Published: 13-12-2023 07:33 | Updated: 13-02-2024 08:26

Students initiated KI's first Planetary Health Report Card as part of efforts to establish a sustainable medical school

Students behind the initiative: Front row: Daniel Doyon, Judy Kool, Nikolaus Mezger, Patricia Grill, Niels Krämer. Back row: Alexandra Elwertowska, Nino Tsouloukidse, Aurelia Ozora, Shweta Ghaisas. Pictures: Clara Kihlborg, Clara Brune, Viivi Sairanen. Photo: Esther Wan.

The authors of KI's first Planetary Health Report Card (PHRC) are twelve students from KI's various educational programmes. The commitment comes from a common interest and concern for the environment, climate, and planetary health.

“As future health professionals, we think it is important to work towards a sustainability agenda at our university. We in this group share a commitment and a strong concern for the state of the environment and the ongoing climate crisis affecting our health," says Nikolaus Mezger, a KI student and one of the authors of the PHRC report.

In addition to the implementation of the PHRC report, some of the students were involved in setting up the Students for Sustainable Development (SSD) group at KI and running the 'Our Health is Burning' (Vår hälsa brinner) campaign in 2021, on the health impacts of climate change. Both groups want to promote change for sustainability in society, with one of the ways being the implementation of the Planetary Health Report Card (PHRC).

Ratings and recommendations

The implementation of the report is led by student groups and aims to enable KI to identify improvements and initiatives in selected areas.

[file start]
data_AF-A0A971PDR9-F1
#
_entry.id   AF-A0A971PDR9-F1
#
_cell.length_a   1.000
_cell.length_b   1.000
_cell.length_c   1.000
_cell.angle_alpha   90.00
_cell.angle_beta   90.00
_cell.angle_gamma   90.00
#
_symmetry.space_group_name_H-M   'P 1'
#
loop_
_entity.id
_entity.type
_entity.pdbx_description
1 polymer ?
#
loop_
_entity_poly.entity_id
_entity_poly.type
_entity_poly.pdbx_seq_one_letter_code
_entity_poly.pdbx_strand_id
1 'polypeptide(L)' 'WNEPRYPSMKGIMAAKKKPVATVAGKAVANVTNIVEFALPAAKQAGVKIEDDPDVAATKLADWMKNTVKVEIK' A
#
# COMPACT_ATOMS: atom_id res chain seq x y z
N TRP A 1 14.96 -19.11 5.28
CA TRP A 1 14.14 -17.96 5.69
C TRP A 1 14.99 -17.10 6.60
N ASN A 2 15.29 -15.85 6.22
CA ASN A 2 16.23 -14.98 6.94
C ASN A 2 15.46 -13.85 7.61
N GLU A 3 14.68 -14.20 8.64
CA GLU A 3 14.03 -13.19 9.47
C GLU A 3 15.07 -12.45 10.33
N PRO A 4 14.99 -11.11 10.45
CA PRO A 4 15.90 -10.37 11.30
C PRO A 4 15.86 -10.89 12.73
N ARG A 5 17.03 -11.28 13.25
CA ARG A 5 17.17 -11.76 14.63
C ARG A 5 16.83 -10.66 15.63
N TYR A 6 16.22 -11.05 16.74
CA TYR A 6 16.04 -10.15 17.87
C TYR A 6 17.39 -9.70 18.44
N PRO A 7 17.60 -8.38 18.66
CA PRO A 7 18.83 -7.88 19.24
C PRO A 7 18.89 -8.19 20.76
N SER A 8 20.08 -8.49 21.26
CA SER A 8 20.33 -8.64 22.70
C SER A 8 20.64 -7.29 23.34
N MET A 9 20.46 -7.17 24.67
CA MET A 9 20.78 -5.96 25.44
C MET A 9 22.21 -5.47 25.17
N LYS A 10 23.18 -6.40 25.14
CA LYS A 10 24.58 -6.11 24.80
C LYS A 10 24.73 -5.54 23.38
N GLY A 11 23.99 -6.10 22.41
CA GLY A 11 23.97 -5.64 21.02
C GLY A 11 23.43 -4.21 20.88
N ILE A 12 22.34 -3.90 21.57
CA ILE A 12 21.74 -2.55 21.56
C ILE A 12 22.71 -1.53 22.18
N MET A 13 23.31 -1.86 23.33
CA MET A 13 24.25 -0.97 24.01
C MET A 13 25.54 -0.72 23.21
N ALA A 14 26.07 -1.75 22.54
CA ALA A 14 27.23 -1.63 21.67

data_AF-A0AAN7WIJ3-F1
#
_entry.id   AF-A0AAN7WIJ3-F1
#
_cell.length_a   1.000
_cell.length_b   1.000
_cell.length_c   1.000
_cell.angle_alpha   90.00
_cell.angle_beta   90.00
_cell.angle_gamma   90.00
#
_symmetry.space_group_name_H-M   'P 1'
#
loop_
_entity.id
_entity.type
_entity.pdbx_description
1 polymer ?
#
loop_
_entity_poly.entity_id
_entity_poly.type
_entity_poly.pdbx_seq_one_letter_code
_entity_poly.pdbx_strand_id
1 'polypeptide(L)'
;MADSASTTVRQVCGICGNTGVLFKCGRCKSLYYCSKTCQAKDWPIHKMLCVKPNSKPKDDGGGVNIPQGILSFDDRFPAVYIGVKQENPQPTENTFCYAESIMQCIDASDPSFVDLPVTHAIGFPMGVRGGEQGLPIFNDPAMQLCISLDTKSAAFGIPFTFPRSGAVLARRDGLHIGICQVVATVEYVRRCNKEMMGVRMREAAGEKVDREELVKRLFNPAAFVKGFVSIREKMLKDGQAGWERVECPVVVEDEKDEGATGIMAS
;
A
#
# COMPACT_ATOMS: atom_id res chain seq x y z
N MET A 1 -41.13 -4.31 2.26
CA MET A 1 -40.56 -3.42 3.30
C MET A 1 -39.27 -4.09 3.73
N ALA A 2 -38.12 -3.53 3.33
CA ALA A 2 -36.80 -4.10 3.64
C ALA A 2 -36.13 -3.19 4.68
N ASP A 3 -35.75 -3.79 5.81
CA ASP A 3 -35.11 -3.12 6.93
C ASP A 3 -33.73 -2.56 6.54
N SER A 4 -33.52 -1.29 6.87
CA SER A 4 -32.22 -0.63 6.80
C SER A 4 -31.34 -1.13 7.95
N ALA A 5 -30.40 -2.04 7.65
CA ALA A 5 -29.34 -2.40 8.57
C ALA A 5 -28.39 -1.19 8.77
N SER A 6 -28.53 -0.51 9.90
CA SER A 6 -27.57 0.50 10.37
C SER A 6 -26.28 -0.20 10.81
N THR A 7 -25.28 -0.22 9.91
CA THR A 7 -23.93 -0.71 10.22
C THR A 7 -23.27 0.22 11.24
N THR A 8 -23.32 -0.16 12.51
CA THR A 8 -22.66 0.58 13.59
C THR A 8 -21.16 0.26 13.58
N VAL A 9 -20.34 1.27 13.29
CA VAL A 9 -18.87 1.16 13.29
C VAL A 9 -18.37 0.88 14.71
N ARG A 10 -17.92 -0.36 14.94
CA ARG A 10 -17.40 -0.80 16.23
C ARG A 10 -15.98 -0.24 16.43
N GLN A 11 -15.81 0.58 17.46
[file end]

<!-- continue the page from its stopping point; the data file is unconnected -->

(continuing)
The report contains 51 points in the five areas: 

  • Curricula in the medical programme.
  • Interdisciplinary research.
  • Public relations and advocacy.
  • Support for student-led initiatives.
  • Sustainability on campus.

The student group reviewed sources such as KI's website, newsletters and curricula for the medical programme. They also contacted faculty members, functions within the different areas and staff responsible for sustainability issues to get their feedback. 

Each selected area was then given a grade from A to E, with A being the highest and E the lowest. Each grade was accompanied by a justification and the students' recommendations for improvement in each area. KI received a total grade of C, which is at the centre of the assessment scale. The different areas then received between B+ and D.

KI's Council for Environment and Sustainable Development 

“It is both gratifying and important that KI's students are engaged and active in various issues, not least the important issue of the health of our planet. Within the Council for Environment and Sustainable Development, we continuously try to identify areas where KI can make a difference. The report is clearly relevant to this work. In 2024, we will, among other things, produce data on business travel at KI, communication about this and continue to assist in integrating sustainable development into the educational programmes”, says Karin Dahlman-Wright, chair of the Council for Environment and Sustainable Development at KI.